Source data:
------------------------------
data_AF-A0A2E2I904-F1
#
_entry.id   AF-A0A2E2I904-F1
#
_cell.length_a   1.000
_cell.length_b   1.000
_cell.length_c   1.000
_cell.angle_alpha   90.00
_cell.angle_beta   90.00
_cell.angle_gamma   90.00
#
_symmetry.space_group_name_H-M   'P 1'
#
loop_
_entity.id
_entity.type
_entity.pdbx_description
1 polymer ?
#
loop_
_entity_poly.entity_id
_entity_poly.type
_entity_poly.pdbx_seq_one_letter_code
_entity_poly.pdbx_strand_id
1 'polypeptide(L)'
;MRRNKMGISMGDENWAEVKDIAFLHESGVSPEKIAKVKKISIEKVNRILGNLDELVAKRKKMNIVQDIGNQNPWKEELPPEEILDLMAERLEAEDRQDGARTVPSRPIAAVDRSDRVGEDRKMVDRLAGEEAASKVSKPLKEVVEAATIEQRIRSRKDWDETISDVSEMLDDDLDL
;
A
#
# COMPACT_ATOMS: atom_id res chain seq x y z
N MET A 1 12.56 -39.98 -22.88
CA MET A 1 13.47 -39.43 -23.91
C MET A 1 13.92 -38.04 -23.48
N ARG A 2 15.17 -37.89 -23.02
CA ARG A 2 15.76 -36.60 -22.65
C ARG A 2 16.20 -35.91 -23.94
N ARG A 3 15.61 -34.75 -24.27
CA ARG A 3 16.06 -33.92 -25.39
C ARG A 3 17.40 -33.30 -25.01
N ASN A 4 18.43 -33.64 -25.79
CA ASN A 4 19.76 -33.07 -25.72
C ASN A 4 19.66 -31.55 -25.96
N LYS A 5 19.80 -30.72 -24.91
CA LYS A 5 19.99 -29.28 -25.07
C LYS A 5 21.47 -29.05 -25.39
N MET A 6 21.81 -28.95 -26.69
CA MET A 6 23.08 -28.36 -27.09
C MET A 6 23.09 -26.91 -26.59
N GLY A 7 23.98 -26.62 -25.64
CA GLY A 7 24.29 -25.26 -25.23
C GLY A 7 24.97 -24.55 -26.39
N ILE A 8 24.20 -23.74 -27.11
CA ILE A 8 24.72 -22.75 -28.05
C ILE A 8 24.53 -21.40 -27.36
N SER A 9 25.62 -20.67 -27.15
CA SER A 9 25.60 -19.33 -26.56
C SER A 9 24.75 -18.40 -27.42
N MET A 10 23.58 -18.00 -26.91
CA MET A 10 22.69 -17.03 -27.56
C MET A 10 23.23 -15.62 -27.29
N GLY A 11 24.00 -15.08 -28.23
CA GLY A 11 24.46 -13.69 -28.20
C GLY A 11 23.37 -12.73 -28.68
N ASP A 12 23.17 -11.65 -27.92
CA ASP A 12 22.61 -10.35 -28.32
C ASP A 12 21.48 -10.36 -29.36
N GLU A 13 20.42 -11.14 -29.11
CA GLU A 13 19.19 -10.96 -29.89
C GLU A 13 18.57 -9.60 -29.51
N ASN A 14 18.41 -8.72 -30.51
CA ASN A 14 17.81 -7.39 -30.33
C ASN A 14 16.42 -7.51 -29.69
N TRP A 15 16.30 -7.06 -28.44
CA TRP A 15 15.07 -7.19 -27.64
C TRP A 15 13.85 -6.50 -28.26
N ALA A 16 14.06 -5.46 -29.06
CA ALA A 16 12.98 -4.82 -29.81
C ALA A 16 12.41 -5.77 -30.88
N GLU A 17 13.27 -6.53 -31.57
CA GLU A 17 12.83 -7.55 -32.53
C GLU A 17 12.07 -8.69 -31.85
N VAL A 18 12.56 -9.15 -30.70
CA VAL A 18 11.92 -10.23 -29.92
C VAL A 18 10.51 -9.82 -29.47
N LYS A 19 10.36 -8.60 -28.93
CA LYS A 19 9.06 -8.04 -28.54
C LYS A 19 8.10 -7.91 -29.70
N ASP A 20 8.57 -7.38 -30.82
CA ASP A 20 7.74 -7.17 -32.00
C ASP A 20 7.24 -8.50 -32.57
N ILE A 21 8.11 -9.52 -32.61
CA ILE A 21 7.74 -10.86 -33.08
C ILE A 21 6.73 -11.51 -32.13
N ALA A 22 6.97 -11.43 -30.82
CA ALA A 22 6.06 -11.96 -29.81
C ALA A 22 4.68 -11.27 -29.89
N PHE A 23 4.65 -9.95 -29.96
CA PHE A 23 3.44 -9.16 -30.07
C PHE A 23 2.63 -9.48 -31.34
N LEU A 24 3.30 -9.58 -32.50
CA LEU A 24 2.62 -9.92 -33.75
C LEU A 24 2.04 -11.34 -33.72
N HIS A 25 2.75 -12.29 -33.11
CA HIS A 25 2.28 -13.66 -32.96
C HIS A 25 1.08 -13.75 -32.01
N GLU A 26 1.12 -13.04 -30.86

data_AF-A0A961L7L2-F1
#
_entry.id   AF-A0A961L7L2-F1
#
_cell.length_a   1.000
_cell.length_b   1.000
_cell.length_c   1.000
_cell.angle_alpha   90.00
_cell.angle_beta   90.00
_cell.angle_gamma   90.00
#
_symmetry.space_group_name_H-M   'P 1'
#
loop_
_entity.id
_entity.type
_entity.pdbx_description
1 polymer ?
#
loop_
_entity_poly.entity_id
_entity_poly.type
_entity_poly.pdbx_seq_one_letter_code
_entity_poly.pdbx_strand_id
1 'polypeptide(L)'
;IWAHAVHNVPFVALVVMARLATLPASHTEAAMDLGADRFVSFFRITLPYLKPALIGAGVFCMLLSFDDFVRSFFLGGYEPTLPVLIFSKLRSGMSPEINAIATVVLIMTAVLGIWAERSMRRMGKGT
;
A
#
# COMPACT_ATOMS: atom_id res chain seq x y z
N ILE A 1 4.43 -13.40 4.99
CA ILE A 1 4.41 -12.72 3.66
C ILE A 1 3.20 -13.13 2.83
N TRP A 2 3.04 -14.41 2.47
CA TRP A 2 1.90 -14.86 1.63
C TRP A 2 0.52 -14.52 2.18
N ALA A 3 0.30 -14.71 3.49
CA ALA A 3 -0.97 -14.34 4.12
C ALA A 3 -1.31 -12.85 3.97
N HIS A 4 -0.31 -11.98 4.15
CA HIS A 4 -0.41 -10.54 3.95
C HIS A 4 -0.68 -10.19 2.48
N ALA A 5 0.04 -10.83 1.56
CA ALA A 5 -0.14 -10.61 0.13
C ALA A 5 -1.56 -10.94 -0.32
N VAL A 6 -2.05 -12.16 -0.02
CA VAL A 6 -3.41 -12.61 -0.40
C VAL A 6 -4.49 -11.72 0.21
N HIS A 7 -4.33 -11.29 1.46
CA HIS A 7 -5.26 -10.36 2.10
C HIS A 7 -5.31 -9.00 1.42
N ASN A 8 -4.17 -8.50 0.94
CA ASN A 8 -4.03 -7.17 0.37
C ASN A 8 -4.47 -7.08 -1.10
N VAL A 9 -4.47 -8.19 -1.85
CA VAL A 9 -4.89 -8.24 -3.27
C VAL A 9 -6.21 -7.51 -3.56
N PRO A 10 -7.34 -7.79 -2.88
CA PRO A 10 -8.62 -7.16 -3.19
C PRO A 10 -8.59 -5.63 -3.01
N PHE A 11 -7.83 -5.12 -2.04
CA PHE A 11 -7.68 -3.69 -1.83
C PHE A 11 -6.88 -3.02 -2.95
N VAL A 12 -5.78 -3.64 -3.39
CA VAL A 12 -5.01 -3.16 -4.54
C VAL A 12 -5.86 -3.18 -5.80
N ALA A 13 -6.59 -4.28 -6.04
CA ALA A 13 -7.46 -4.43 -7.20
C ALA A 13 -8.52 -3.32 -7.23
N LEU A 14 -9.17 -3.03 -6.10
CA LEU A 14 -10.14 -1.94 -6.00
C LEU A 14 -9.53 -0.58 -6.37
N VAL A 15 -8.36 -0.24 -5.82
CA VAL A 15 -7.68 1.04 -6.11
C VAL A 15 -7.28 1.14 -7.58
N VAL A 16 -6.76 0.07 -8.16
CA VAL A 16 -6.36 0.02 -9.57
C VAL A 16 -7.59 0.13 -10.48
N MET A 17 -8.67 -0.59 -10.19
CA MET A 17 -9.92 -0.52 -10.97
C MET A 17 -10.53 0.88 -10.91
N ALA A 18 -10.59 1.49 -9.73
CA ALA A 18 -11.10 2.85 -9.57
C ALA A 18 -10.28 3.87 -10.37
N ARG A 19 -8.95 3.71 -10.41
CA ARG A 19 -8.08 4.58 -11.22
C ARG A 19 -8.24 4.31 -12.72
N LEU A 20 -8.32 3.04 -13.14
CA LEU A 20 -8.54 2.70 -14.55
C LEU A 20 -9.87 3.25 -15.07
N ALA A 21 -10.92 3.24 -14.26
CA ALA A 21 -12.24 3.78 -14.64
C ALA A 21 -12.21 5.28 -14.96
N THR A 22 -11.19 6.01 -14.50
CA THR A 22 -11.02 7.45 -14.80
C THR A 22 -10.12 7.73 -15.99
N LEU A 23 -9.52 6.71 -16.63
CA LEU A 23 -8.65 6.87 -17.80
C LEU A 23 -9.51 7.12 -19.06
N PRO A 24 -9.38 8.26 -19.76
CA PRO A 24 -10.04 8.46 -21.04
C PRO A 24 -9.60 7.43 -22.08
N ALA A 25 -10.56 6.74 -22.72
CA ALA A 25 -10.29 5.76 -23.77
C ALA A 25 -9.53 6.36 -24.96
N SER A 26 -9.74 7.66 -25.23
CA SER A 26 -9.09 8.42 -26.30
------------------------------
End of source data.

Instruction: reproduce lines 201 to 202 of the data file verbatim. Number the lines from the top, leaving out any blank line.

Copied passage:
CA THR A 22 -11.02 7.45 -14.80
C THR A 22 -10.12 7.73 -15.99